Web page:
Just five months after a total solar eclipse passed across the U.S. mainland, photographers in North America will be treated to another great opportunity to photograph an eclipse. In the early morning hours of January 31, 2018, Earth’s shadow will block the sun from hitting the moon, producing a total lunar eclipse that will glow orange in the sky.
A Rare Opportunity
Although total lunar eclipses can be seen much more frequently than total solar eclipses, this upcoming eclipse could be a special opportunity for photographers. For those in the western half of the continental U.S. and the middle part of Canada, the moon will be very low on the horizon during totality. This will allow photographers to use a long telephoto lens to render the moon large, while still including some of the landscape in the foreground.
If you want to photograph this eclipse, you should start planning where to shoot it. You should pick out a spot where the moon will be directly over an interesting object, like a mountain, rock formation, or building.
Planning Your Shoot
You can go to: this website to see the exact times of totality at the location you’ll be shooting.
I recommend using the free software program Stellarium to visualize how the eclipse will appear. First, press F6 and select a spot near where you will be shooting. Next, press F4 and check the “Scale Moon” box. This will make the moon larger and show the orange glow that it will have during totality. Now, press F5 and set the time and date to the start time of the total eclipse, as found on timeandate.com above. You can then use the “fast forward” button on the bottom left pop-up menu to see how long the eclipse will last and how high it will be over the horizon.
You can do more precise planning using an app like The Photographer’s Ephemeris or PhotoPills. These apps have built-in maps that let you plan exactly where you need to stand to include both the moon and a foreground object in an image. Plan to stand a long ways away from any foreground object, so you can include most or all of it in your shot with a long lens.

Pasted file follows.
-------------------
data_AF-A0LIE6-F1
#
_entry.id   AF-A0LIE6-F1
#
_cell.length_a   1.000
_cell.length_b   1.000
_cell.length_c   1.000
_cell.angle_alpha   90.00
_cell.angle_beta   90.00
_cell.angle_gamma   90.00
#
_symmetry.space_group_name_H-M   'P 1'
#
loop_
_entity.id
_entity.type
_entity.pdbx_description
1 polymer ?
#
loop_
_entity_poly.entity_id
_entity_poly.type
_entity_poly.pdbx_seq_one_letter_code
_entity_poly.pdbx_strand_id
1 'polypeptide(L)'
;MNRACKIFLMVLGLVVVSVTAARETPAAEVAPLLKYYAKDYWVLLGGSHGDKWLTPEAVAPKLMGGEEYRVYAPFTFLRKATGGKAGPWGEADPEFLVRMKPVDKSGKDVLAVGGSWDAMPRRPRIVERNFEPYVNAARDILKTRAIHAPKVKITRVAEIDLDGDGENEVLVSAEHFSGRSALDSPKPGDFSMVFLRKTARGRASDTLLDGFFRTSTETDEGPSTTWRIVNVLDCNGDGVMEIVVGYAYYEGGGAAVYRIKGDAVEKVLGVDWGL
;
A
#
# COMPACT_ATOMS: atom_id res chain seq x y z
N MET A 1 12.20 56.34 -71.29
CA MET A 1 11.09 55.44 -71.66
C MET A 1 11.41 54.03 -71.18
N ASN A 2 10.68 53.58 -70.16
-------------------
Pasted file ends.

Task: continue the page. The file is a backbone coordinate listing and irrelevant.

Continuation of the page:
Equipment & Fieldwork
Another great thing about this eclipse is that will happen during twilight for most observers in North America. As a result, there should be enough light to capture good detail in the land and the moon with a single exposure. When a lunar eclipse occurs during the dark of night, you usually need to blend multiple exposures to capture good detail throughout the image.
You will need a long lens of around 200-600mm to render the moon fairly large in your image. I recommend the Tamron 150-600, as it is relatively inexpensive for a large telephoto lens (though cartainly not cheap).
When the moon is low on the horizon, it may be bright enough out for you use the auto-exposure settings on your camera. However, to ensure a proper exposure, I recommend using manual exposure settings, especially when the moon is higher in the sky. You should open your aperture to its widest setting (like f5.6) and set the shutter speed to about ½ second (with longer exposures, the moon can start to blur). If your images are coming out significantly underexposed, you can raise the ISO until you get a good exposure (but make sure you’re not blowing out any highlights and lower the ISO as it starts to get brighter out). Always zoom in on your first few images after you take them to make sure your focus is set properly at infinity and everything appears sharp.
When the moon is very low on the horizon, the sun will be about to rise in the opposite part of the sky. It may be so bright out that the eclipsed moon won’t show up very well in your images. So, make sure and shoot when the moon is a little higher in the sky as well. The moon will glow orange for over an hour in locations where you can view most or all of totality. As a result, you will have plenty of time to get shots with the moon at different heights and to move around and capture different compositions.
Whatever you do, make sure and set your alarm very early and don’t hit the snooze button! If you live in the western part of North America, the next eclipse that will be this low in the sky before sunrise will occur exactly 19 years later, on January 31, 2037.